Non-equilibrium processing techniques do not produce the metastable materials in bulk form. Consolidation of metastable ceramics into dense forms needs high temperatures, mechanical activation (in the form of static pressures or shock waves), or a combination of both. Such activation may trigger the transformation of the desired metastable phase into a more stable phase with concurrent grain growth. Conversely, conditions that allow the desired metastable phase to be retained may not be adequate for complete densification.
The subject of the present thesis is two-fold: (i) processing of dense amorphous Al2O3-Y2O3 materials through a novel densification route involving hot pressing of amorphous powders, produced by co-precipitation, at low temperatures and moderately high pressures, (ii) detail study of possible deformation mechanisms of the amorphous phase from mechanical testing at elevated temperatures. Unusual deformation behavior of the bulk amorphous material has been related to the densification process.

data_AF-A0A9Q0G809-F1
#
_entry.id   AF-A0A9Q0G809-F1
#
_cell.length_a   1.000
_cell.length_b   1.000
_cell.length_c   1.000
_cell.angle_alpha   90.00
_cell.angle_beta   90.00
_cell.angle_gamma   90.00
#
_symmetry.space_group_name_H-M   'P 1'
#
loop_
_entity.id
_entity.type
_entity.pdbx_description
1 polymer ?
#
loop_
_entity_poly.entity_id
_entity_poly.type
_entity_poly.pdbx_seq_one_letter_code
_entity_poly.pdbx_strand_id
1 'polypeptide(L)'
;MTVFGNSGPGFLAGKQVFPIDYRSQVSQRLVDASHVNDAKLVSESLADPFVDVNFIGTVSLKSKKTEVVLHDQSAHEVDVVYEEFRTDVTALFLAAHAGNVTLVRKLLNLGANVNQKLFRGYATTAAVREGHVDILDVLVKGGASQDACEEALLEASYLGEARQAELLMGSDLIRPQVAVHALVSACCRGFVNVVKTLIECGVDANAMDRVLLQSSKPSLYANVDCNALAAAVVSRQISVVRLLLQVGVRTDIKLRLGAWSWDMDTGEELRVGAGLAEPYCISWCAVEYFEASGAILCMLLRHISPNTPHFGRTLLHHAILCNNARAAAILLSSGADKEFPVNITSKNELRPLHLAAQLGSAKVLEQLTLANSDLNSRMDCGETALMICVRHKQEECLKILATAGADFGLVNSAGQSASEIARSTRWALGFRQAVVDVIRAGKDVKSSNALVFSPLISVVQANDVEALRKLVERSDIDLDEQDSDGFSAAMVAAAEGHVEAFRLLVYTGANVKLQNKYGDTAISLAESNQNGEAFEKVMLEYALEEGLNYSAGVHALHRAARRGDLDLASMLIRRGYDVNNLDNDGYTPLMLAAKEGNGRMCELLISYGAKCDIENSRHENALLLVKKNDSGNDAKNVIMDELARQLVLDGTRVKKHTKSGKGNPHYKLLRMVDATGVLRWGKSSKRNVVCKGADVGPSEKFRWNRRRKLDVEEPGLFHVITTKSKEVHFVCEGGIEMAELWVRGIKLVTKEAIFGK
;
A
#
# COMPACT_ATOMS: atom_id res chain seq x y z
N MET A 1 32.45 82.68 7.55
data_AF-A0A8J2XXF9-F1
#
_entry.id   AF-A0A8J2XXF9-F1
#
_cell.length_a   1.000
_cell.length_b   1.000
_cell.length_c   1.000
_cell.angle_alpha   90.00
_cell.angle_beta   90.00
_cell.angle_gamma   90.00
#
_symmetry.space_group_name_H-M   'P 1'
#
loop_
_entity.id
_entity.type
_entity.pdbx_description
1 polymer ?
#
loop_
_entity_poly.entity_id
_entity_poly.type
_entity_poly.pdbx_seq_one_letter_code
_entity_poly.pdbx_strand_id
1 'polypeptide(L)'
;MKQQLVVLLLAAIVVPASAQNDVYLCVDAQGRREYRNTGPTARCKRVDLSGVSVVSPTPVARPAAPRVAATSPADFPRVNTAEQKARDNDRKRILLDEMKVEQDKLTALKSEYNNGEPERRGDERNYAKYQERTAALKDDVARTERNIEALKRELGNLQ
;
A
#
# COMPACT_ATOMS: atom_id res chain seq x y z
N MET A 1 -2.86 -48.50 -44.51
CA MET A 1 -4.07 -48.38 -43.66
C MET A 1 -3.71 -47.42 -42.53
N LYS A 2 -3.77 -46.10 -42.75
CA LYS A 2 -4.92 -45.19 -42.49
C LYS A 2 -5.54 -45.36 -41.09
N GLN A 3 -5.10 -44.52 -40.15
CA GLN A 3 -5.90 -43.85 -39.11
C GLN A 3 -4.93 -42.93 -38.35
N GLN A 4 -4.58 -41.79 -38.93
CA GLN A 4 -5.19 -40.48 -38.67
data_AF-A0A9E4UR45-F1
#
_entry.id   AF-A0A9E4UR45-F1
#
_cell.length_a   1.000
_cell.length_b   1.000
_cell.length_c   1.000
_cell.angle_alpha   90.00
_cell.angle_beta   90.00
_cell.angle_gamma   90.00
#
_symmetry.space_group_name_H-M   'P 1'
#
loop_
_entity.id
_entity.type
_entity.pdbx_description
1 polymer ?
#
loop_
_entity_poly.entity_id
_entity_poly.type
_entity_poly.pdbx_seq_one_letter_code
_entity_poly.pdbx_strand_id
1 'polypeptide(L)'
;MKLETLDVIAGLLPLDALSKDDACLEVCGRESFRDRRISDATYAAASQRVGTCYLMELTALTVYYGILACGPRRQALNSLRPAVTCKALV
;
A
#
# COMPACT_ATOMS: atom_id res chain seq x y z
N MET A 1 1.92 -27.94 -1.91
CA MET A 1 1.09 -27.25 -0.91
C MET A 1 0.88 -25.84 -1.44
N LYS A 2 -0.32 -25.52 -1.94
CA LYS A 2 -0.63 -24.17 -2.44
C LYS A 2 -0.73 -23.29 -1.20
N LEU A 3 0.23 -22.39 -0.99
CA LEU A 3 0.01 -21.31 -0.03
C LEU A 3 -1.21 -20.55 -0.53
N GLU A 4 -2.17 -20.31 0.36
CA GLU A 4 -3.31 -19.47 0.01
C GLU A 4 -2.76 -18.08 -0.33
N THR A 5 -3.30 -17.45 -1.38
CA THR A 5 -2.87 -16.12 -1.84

Development of Pressure Consolidation Technique
Amorphous powder of composition Al2O3-15 mol% Y2O3 (A15Y) was synthesized by co-precipitating a hydroxide from metal nitrate precursor’s solution by using ammonium hydroxide. Chemical homogeneity was ensured by a molecular level mixing of precursors of aluminium and yttrium at room temperature. The as-precipitated powder undergoes thermal decomposition (pyrolysis) to an amorphous oxide by ~770-800o C. The crystallization temperature was found from thermal analysis to be ~900o C, with γ-Al2O3 as the initial product of crystallization. The true density of the amorphous A15Y phase was measured to be only 2.69 g cm-3 by pycnometry, which is ~2/3 of the assemblage of equilibrium crystalline phases consisted of Al2O3 and YAG.
Uniaxial hot pressing was performed with decomposed, classified powders (large agglomerates with sizes more than 10 µm were removed by sedimentation technique) at low temperature of about 630-640o C and moderately high pressure of 710-750 MPa. Pressure was held constant for 30-45 minutes. Cold compaction at pressures of 50-65 MPa for 8-10 minutes was carried out prior to hot pressing to ensure green strength of the compacts. All hot-pressed compacts revealed significant densification (95-96% relative densities) with uniformly distributed fine porosity. X-ray diffraction, electron microscopy analysis, Raman spectroscopy and differential thermal analysis established the amorphous nature of the dense, hot-pressed pellets. The amorphous phase displays an elastic modulus of ~ 50-60 GPa and a hardness of 4-5 GPa, which are considerably lower than those of the crystalline counterpart.